Monocarboxylate transporter 1 (MCT1), a tool to stratify acute myeloid leukemia (AML) patients and a vehicle to kill cancer cells
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Filipa Lopes-Coelho1,2, Carolina Nunes1,2, Sofia Gouveia-Fernandes1,2, Rita Rosas3, Fernanda Silva1,2, Paula Gameiro4, Tânia Carvalho5, Maria Gomes da Silva4, José Cabeçadas6, Sérgio Dias5, Luís G. Gonçalves3 and Jacinta Serpa1,2
1Centro de Estudos de Doenças Crónicas da Faculdade de Ciências Médicas da Universidade NOVA (CEDOC-FCM-UNL), Lisbon, Portugal
2Unidade de Investigação em Patobiologia Molecular do Instituto Português de Oncologia de Lisboa Francisco Gentil (IPOLFG), Lisbon, Portugal
3Instituto de Tecnologia Química e Biológica António Xavier (ITQB Nova), Oeiras, Portugal
4Serviço de Hemato-Oncologia, IPOLFG, Lisbon, Portugal
5Instituto de Medicina Molecular da Universidade de Lisboa, Lisbon, Portugal
6Serviço de Anatomia Patológica, IPOLFG, Lisbon, Portugal
Jacinta Serpa, email: [email protected]
Keywords: metabolic switch, MCT1, lactate, VEGF, BM microenvironment
Received: February 08, 2017 Accepted: June 27, 2017 Published: August 16, 2017
Dysregulation of glucose/lactate dynamics plays a role in cancer progression, and MCTs are key elements in metabolic remodeling. VEGF is a relevant growth factor in the maintenance of bone marrow microenvironment and it is also important in hematological diseases.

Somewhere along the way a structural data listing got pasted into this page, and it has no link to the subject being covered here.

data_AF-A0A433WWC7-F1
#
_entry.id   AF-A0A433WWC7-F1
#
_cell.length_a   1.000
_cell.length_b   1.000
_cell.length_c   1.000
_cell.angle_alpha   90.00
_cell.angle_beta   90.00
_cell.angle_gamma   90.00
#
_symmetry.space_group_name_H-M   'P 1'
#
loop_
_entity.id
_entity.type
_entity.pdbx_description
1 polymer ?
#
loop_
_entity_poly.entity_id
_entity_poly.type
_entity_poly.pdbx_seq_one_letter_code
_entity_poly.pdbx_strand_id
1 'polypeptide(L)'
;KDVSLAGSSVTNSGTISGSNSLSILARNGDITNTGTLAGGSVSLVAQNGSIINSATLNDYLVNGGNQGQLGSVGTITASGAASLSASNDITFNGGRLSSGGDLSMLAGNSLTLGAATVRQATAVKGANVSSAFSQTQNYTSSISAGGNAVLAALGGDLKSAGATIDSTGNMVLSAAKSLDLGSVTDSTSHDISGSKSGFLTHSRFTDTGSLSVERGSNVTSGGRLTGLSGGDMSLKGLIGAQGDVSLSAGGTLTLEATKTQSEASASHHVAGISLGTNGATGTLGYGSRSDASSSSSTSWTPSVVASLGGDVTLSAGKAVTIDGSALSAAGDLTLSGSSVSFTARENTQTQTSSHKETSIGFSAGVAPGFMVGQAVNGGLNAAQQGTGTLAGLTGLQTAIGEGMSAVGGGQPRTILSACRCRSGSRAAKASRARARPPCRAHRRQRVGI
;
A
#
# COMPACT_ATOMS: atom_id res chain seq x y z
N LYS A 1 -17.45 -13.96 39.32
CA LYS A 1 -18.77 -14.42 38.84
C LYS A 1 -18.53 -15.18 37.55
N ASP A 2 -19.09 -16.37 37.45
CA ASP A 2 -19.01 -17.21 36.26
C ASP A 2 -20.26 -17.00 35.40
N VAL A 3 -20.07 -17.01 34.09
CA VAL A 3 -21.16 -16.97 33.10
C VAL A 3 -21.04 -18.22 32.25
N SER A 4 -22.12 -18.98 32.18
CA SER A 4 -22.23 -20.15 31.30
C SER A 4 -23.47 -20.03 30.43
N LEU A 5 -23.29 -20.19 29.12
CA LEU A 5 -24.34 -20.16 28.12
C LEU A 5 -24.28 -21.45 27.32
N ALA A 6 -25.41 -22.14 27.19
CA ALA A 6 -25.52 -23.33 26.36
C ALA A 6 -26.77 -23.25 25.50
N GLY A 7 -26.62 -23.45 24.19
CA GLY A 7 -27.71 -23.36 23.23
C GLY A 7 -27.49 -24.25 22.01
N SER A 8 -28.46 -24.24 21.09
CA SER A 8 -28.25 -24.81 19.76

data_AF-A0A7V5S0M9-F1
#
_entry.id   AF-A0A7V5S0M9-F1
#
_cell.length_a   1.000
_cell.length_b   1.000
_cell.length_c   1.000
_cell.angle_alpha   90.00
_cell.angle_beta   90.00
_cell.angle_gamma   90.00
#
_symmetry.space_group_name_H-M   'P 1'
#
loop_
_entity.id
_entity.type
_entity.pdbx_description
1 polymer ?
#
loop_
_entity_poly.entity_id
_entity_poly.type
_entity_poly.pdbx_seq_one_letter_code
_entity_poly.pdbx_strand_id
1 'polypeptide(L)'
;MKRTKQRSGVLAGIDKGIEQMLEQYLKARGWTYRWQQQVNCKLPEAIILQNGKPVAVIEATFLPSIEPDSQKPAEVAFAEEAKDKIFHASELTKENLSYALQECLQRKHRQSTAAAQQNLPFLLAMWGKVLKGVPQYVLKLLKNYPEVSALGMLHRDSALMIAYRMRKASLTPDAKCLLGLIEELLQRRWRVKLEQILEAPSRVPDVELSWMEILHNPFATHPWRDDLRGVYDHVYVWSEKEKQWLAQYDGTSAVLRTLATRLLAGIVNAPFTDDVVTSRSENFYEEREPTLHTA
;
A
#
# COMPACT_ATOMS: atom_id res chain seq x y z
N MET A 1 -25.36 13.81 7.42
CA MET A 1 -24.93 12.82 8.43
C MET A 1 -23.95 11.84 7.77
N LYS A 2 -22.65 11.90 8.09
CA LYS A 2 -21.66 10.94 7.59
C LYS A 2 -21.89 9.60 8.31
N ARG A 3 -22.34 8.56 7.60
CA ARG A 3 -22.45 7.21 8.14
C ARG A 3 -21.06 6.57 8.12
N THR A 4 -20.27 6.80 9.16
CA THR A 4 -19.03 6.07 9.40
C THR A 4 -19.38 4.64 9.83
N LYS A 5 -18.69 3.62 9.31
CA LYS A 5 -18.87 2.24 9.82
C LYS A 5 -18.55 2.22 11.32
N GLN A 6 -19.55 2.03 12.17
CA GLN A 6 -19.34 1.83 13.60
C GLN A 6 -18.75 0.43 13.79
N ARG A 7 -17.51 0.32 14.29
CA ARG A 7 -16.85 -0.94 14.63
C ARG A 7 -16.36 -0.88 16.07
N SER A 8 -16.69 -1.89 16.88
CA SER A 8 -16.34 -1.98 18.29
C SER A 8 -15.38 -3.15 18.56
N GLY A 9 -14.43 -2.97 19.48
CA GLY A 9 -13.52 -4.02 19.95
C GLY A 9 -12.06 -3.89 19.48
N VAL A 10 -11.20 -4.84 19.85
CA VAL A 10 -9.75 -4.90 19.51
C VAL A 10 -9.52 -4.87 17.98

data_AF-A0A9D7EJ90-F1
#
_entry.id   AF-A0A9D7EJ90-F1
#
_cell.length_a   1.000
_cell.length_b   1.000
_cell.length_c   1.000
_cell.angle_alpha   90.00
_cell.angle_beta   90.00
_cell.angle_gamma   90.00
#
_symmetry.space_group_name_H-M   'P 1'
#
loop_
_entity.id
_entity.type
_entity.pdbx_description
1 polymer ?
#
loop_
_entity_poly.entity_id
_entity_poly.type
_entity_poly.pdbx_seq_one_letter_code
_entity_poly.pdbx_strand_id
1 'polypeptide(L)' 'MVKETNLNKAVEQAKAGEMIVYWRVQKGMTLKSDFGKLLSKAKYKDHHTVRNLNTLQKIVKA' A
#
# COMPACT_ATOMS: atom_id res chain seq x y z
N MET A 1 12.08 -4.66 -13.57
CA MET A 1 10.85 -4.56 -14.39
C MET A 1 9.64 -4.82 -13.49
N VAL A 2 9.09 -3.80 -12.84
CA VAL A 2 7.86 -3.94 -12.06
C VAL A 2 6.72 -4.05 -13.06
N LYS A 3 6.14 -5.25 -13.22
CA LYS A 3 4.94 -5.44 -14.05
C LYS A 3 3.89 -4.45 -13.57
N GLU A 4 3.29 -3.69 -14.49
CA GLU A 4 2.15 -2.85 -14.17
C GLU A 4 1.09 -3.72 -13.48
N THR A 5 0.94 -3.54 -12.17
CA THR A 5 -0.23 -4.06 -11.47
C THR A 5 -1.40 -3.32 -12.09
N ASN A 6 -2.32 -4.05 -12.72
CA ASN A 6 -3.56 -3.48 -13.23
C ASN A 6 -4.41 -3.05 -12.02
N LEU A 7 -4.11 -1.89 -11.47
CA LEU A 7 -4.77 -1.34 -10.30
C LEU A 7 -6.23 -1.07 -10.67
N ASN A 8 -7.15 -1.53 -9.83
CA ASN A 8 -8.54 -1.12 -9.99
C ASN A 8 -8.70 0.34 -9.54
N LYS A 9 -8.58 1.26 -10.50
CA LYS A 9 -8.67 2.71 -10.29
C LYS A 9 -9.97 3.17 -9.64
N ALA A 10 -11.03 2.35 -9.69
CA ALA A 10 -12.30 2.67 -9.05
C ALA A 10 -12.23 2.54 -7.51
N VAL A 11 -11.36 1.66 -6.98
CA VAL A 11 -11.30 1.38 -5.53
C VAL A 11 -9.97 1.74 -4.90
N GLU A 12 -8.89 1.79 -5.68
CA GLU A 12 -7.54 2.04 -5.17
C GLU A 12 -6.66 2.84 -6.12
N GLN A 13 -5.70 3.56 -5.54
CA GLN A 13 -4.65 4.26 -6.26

Our aim was to investigate the role of VEGF in the metabolic adaptation of Acute myeloid leukemia (AML) cells by evaluating the metabolic profiles and cell features according to the AML lineage and testing lactate as a metabolic coin.
Our in vitro results showed that AML promyelocytic (HL60) and monocytic (THP1) (but not erythroid- HEL) lineages are well adapted to VEGF and lactate rich environment. Their metabolic adaptation relies on high rates of glycolysis to generate intermediates for PPP to support cell proliferation, and on the consumption of glycolysis-generated lactate to supply biomass and energy production. VEGF orchestrates this metabolic network by regulating MCT1 expression. Bromopyruvic acid (BPA) was proven to be an effective cytotoxic in AML, possibly transported by MCT1.
Our study reinforces that targeting metabolism can be a good strategy to fight cancer. MCT1 expression at the time of diagnosis can assist on the identification of AML patients that will benefit from BPA therapy. Additionally, MCT1 can be used in targeted delivery of conventional cytotoxic drugs.
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